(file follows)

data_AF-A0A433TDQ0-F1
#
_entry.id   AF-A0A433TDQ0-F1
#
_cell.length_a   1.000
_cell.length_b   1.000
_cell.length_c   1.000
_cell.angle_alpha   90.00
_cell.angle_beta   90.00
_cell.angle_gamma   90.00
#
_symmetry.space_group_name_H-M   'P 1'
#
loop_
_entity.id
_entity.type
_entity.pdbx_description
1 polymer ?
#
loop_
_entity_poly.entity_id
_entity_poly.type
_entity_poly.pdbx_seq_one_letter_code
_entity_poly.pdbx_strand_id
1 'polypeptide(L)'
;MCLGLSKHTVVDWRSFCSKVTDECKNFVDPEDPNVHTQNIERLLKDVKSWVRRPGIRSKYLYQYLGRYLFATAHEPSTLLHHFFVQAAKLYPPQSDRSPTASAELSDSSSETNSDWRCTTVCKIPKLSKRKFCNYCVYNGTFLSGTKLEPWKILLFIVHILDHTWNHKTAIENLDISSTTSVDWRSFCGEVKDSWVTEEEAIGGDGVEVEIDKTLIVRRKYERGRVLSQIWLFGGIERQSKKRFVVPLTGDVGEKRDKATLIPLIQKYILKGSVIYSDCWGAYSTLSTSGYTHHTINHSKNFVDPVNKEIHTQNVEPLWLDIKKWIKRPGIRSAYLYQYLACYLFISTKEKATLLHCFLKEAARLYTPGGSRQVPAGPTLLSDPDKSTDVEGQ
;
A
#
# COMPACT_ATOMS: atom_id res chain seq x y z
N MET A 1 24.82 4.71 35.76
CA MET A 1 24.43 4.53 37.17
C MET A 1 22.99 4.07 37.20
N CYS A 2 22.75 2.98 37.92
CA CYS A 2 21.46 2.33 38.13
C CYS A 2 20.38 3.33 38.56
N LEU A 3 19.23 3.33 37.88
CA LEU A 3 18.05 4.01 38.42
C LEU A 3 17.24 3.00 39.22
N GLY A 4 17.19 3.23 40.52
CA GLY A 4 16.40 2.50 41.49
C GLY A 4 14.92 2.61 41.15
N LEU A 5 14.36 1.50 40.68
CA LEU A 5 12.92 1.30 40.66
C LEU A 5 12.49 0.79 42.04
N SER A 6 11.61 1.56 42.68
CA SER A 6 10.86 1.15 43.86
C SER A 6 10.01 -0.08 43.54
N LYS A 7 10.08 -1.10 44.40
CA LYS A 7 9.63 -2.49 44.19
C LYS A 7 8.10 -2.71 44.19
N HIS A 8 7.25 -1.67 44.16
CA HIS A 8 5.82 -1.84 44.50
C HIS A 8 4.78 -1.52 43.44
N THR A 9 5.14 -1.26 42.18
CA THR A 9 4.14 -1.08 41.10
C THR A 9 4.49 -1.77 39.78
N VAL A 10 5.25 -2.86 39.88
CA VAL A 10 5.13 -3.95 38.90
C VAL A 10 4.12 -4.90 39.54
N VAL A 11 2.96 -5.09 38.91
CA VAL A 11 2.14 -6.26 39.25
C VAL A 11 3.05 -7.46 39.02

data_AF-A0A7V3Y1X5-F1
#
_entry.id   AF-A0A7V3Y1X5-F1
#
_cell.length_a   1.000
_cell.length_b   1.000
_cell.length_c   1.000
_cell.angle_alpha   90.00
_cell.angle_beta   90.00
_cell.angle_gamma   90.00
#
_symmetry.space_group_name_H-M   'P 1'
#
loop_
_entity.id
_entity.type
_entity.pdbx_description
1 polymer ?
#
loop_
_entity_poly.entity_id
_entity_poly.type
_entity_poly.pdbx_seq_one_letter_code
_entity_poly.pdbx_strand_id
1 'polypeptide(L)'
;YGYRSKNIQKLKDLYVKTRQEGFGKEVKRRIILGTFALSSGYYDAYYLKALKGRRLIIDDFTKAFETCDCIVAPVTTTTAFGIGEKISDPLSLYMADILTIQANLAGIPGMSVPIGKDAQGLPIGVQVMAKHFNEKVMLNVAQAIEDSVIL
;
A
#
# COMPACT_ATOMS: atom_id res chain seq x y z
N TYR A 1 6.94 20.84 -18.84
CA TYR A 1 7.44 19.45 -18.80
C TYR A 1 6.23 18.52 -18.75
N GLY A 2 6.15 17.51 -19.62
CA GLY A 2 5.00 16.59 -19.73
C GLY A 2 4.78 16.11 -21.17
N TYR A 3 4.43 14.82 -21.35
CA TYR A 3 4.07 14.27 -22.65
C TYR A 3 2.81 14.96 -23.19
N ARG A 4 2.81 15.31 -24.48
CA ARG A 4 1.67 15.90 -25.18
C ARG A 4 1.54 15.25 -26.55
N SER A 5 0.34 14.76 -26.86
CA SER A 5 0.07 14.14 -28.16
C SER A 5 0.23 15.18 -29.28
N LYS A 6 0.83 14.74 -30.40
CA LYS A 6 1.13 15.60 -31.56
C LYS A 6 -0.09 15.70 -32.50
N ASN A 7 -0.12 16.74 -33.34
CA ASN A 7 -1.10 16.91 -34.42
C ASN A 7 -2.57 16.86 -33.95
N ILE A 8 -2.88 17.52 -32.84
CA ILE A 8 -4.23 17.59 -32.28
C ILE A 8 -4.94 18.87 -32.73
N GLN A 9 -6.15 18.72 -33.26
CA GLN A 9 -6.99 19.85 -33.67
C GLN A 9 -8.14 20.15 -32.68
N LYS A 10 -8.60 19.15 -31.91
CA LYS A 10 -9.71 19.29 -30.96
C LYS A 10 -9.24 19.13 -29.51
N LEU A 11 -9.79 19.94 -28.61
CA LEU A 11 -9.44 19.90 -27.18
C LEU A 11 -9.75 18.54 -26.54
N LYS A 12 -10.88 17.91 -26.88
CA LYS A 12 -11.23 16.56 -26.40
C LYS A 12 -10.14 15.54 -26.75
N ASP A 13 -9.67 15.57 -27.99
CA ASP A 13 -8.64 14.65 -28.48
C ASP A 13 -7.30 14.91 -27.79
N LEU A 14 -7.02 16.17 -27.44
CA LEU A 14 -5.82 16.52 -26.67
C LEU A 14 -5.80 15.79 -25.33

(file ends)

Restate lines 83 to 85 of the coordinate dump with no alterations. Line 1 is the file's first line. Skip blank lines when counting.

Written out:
loop_
_entity_poly.entity_id
_entity_poly.type